As Pot Farm took off, American views of cannabis softened, most notably on the political level, state-by-state. Washington was the first state to legalize cannabis for recreational use in 2012, closely followed by Colorado. California, Michigan, Oregon, and Maine also legalized cannabis in that decade, and the country’s perception on the drug liberalized as the decade wore on: In 1988, only 24 percent of Americans supported legalization but by 2018, 66 percent of U.S. residents voiced their approval. Why? One theory floated by several sociologists and criminologists believe “support for legalization began to increase shortly after the news media began to frame marijuana as a medical issue.”

No longer viewing cannabis as dangerous and harmful as cocaine and heroin, despite its continued status as a Schedule 1 narcotic along with those drugs, Americans didn’t have a problem seeing cannabis in their movies and in their video games. The 2010s gave publishers the legroom to liberally throw in some cannabis references, devoting entire plotlines to the plant, such as in LA Noire’s Reefer Madness case. Far Cry 3 has protagonist Jason setting fields of cannabis plants ablaze with a flamethrower, and Jason can also get high from the smoke. Call of Duty: Ghosts got in the game with cannabis-themed camouflage skins to lay over your weapons, which you could purchase with microtransactions. Infinity Ward couldn’t resist throwing a few puns in the product description: “Deliver chronic lethality when you customize with the new Blunt Force Personalization Pack.”

And in Battlefield Hardline, a massive underground cannabis grow-up made its way into one of the game’s multiplayer maps.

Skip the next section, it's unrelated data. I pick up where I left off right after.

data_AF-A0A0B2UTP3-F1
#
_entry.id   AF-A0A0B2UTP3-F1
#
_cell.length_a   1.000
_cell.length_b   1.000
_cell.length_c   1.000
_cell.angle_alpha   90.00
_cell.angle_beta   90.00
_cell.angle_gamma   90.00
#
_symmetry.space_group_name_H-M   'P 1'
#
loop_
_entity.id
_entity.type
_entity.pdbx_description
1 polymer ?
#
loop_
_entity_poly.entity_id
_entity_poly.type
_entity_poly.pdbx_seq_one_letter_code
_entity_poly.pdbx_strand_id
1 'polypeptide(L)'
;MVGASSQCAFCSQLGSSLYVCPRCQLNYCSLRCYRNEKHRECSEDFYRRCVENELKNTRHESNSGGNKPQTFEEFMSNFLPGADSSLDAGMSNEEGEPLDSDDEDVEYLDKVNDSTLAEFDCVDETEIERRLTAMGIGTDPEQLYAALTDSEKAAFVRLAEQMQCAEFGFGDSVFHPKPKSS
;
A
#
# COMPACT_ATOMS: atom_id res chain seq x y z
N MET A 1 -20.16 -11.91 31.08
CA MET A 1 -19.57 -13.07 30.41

Smoking might mostly be a joke in Grand Theft Auto V, but its depictions might have helped games on the path of normalizing cannabis.

One of the most well-known games to feature cannabis is Grand Theft Auto V. While San Andreas mentioned cannabis in missions, in V, player characters Michael and Franklin can hit the bong like they’re in a Cypress Hill music video. We’re also introduced to Smoke on the Water, a medical marijuana pharmacy that Franklin can buy.

In Grand Theft Auto Online, you can smoke so much cannabis you eventually die. In an update to Online, you also have the chance to buy a cannabis farm to get you more leaf to sell.

“Thing is, with GTA, I’m not sure if they spoke to the cannabis community in a real way,” said Solon Bucholtz, creator of the Hempire tycoon-genre game. “But it definitely did push the boundaries of what’s acceptable in gaming.”

It only seems fitting that the past two years have created a boom in cannabis-focused games, perhaps inspired by the middle finger Rockstar threw up in the air any chance they got. But centering a game’s premise around cannabis probably has more to do with the political tides shifting: Today, 11 states and Washington D.C. have legalized cannabis for recreational use and 33 states have legalized medical cannabis.